A divide and conquer algorithm is a strategy of solving a large problem by
To use divide and conquer algorithms, recursion is used. Learn about recursion in different programming languages:
Here are the steps involved:
Let us understand this concept with the help of an example.
Here, we are going to sort an array using the divide and conquer approach (ie. merge sort).
The complexity of the divide and conquer algorithm is calculated using the master theorem.
T(n) = aT(n/b) + f(n), where, n = size of input a = number of subproblems in the recursion n/b = size of each subproblem. All subproblems are assumed to have the same size. f(n) = cost of the work done outside the recursive call, which includes the cost of dividing the problem and cost of merging the solutions
Let us take an example to find the time complexity of a recursive problem.
For a merge sort, the equation can be written as:
T(n) = aT(n/b) + f(n) = 2T(n/2) + O(n) Where, a = 2 (each time, a problem is divided into 2 subproblems) n/b = n/2 (size of each sub problem is half of the input) f(n) = time taken to divide the problem and merging the subproblems T(n/2) = O(n log n) (To understand this, please refer to the master theorem.) Now, T(n) = 2T(n log n) + O(n) ≈ O(n log n)
The divide and conquer approach divides a problem into smaller subproblems, these subproblems are further solved recursively. The result of each subproblem is not stored for future reference, whereas, in a dynamic approach, the result of each subproblem is stored for future reference.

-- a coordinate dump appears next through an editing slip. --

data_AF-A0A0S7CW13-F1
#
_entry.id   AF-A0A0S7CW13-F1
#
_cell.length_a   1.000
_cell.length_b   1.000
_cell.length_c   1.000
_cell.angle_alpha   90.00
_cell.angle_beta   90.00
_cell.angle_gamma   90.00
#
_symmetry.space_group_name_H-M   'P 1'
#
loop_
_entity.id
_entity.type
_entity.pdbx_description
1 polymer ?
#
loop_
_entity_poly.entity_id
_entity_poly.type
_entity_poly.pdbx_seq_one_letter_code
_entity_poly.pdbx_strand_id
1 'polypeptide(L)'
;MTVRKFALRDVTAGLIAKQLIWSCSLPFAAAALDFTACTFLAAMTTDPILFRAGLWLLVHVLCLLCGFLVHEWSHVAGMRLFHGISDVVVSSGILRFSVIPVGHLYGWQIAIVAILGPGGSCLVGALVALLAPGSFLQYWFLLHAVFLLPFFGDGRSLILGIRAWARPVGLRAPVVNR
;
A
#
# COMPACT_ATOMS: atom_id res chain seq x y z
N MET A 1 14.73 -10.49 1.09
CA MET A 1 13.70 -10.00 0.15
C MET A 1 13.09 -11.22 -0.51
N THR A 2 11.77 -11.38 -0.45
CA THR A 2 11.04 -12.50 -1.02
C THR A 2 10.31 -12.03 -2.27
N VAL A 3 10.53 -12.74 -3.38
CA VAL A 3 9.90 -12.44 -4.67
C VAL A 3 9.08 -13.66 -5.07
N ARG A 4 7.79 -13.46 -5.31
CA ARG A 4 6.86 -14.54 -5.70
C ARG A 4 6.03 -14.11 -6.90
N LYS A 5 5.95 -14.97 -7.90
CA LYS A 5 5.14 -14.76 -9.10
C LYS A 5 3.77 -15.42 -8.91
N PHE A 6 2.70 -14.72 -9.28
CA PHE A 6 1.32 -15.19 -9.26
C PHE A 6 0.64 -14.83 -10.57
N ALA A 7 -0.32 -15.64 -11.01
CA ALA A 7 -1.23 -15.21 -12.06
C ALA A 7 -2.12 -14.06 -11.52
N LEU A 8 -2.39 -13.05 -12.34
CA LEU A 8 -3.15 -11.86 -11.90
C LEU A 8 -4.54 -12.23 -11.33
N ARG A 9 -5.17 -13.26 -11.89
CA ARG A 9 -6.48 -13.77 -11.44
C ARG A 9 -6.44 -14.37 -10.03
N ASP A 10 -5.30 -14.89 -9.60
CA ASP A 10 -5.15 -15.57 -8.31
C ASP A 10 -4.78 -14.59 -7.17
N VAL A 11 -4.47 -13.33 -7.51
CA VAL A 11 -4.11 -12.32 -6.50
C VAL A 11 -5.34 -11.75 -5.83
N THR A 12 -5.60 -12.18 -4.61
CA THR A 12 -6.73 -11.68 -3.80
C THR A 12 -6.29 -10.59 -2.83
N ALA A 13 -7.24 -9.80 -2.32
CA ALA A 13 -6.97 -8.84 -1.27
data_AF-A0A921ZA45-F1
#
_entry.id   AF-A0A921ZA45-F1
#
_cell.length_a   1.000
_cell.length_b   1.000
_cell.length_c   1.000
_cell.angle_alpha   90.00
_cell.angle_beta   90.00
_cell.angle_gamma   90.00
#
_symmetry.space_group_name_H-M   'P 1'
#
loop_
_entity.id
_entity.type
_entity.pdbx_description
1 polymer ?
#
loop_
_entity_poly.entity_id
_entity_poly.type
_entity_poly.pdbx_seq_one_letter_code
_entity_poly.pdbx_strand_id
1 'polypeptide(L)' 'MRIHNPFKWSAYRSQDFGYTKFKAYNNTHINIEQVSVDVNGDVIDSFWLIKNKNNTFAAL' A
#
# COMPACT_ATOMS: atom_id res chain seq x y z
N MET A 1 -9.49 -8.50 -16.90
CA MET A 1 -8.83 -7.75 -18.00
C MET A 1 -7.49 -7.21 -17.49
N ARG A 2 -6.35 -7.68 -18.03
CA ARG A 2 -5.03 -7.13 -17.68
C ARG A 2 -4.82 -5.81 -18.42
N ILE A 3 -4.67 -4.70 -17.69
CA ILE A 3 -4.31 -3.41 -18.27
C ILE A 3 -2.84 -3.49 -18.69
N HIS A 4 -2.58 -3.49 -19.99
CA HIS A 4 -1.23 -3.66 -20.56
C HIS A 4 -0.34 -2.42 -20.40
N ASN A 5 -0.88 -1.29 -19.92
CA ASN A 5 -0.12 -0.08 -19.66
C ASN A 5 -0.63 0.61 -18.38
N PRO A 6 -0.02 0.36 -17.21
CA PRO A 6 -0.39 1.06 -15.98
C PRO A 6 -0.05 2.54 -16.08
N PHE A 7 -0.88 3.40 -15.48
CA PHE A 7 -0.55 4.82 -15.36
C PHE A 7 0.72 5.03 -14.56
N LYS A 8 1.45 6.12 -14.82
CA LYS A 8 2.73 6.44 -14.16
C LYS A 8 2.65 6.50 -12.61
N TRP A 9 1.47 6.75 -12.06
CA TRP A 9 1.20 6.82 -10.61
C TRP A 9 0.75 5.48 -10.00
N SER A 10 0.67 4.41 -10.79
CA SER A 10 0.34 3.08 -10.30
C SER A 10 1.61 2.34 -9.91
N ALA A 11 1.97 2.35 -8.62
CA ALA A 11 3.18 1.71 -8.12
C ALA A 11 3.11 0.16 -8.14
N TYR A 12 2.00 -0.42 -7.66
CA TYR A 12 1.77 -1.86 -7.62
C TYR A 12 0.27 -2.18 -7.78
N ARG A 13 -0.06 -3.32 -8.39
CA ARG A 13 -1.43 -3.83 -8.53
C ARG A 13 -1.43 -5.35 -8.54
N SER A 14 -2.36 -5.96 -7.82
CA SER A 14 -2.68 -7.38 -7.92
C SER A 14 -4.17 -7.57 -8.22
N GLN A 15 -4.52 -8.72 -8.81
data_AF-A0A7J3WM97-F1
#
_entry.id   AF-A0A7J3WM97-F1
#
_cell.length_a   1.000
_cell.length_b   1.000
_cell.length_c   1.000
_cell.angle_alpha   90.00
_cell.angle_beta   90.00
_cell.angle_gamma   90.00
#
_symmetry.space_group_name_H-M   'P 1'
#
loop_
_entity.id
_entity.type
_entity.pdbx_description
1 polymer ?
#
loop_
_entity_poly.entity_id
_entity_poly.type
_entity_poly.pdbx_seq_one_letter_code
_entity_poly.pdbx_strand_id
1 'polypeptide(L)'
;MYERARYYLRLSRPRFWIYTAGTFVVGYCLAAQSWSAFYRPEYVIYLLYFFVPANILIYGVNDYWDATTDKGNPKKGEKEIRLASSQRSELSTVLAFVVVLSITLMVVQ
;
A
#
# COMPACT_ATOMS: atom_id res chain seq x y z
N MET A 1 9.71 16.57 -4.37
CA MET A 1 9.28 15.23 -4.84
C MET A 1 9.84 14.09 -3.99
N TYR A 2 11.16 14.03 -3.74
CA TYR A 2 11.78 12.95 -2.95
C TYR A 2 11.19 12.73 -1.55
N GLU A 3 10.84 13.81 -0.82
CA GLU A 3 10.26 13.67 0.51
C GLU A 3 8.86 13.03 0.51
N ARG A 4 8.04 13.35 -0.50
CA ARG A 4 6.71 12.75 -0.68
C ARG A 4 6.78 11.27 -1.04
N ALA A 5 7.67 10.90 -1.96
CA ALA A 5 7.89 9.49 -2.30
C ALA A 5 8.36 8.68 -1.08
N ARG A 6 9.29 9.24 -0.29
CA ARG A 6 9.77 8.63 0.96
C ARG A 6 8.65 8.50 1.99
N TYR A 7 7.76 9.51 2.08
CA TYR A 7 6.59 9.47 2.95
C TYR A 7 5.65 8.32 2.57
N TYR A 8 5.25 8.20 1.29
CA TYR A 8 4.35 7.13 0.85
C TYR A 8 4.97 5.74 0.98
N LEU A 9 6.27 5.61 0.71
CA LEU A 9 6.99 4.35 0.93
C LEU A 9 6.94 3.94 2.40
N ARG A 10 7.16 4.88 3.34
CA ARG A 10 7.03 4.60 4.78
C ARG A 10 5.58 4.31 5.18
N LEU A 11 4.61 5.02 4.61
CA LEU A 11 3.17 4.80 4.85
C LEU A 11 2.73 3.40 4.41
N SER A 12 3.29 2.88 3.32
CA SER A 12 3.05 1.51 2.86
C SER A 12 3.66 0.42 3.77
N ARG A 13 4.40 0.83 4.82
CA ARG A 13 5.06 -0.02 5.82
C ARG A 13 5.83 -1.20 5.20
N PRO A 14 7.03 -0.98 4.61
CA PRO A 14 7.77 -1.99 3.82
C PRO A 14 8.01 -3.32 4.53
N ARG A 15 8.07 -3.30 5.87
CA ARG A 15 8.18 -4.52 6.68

Use the divide and conquer approach when the same subproblem is not solved multiple times. Use the dynamic approach when the result of a subproblem is to be used multiple times in the future.
Let us understand this with an example. Suppose we are trying to find the Fibonacci series. Then,
Divide and Conquer approach:
fib(n) If n < 2, return 1 Else , return f(n - 1) + f(n -2)
mem = [ ] fib(n) If n in mem: return mem[n] Else, If n < 2, f = 1 Else , return f(n - 1) + f(n -2) mem[n] = f return f
In dynamic approach, mem stores the result of each subproblem.
), whereas using the divide and conquer approach (ie. Strassen's matrix multiplication) is
). Other problems such as the Tower of Hanoi are also simplified by this approach.